o   ***No Emigration = Unemployment(p.34)***
§  The causes of unemployment in Barbados are chiefly the discontinuance of emigration to foreign countries, the discontinuance of employment of local seamen by the Lampart and Holt and Canadian National Steamship Companies, the decline of the coaling trade of the port, and the wide-spread disinclination of the inhabitants to undertake agricultural work.  The absence of adequate vocational training in the educational system of the Island is also a contributing factor.”  The Colonial Report of 1933-34 explicitly stated the relationship
·         1934:
o   Employment Agency (p.34):
§  Since 1934: 41,096 people registered for employment
·         1937:
o   Overpopulation, Labour, and Employment (p.17):
§  Canada used to be a solution for both issues of Barbadian overpopulation and a means of employment, however, “opportunities for employment…have practically ceased and Barbados has now to look within for the solution of its problem of over-population.”
·         1938:
o   Government sponsored and facilitated Emigration for Overpopulation (p.8)
§  Barbadian government bought a property at Vieux Port, St. Lucia to settle Barbadian peasantry for work
§  As of this publication in 1938, no Barbadians had settled as yet.
o   Legislated Acts for employment (p.18) Barbadian government regulating employment:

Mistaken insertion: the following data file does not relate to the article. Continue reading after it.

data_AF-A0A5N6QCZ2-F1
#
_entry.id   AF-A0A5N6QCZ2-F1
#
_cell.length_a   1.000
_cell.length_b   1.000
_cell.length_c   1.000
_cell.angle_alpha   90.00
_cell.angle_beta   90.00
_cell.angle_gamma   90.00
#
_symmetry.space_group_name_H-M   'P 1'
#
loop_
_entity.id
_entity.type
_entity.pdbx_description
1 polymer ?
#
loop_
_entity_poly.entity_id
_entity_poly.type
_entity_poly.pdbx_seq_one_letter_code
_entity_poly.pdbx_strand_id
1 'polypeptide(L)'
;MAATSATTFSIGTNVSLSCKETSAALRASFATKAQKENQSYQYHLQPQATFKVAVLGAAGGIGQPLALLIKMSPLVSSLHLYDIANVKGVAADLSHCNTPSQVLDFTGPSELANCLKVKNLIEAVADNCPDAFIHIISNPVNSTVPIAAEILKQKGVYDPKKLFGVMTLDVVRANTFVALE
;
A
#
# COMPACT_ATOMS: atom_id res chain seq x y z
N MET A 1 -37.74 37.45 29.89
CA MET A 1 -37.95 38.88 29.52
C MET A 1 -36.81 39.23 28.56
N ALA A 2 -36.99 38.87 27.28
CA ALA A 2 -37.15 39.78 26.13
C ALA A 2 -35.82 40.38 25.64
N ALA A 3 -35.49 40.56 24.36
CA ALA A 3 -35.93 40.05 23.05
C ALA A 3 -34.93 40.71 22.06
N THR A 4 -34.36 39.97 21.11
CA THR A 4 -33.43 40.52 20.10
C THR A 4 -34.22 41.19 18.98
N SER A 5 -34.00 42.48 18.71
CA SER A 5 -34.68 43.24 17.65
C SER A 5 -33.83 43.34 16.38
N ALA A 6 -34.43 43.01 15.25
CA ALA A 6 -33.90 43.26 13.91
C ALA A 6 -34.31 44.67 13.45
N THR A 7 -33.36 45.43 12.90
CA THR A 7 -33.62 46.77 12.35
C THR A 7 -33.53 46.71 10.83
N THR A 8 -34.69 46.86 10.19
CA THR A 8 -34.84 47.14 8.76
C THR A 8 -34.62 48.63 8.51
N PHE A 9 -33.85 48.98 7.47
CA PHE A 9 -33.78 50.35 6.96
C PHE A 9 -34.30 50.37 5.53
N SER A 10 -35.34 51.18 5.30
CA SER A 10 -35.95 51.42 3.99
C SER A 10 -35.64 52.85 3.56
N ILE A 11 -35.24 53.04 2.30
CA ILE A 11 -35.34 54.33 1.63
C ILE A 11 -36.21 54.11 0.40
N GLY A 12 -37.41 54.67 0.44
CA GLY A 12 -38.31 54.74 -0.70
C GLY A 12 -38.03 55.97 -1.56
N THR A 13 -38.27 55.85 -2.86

§  The Labour (Minimum Wage) Act, 1938-18.  In place as of May 6th, 1938
§  The Employment of Women, Young Persons and Children Act, 1938-42.  In place July 13th, 1938.
o   Employment Agency (p.19):
§  7,412 people registered since Employment Agency opened 5 years previous
·         WWII up to 1947:
o   Government sponsored emigration, Labour, Temporary Workers Abroad for the Allied War Effort (p.8):
o   1944:
§  Arrangements made with American War Food Administration and War Manpower Commission by the Anglo-American Caribbean Commission for agricultural and industrial work in the US
§  3,605 labourers in US in 1944
o   1946:
§  3,086 workers employed in Florida with United States Sugar Corporation
o   1947:
§  End of 1947, 188 Barbadians working in Florida (p.9)
§  516 men recruited for work abroad, mostly in the Caribbean
·         1949:
o   Emigration for employment to the US on a smaller scale than previous years (p.10).  End of WWII.
·         1950:
o   ***Emigration (21,040 persons) exceeds Immigration (20,734).  First time in recorded history (within the period studied of the Colonial Reports). (p.9)***
o   Employment abroad (p.11)
§  Barbadians in “short-term” contracts in US.  Analogous to present day temporary and/or migrant worker contracts in Canada and the United States.
o   5000 Barbadian men in Barbados either unemployed or underemployed.

Sections on Barbados from written Colonial Reports notes still to be typed and organized:
Need to go through Reports from 1952-1957
Social welfare (housing, cost of living, wages, social welfare programmes, voting) table and notes
Education table and notes
Finance/Commerce/Public Debt table

Barbadian-Canadian Trade
Goods Imported from Canada and Their Value in £ (1927-1936)
Information collected from the Barbadian Colonial Reports at the Barbados National Archives, Barbados.
·         Canadian Goods Imported in 1937 & 1938 (no financial figures were provided for the subsequent years, nor were they listed explicitly following 1938 and the suspension of the Colonial Reports in 1940-1946.)  All of that in a footnote.  Could even put the whole bit of this info in a footnote as well: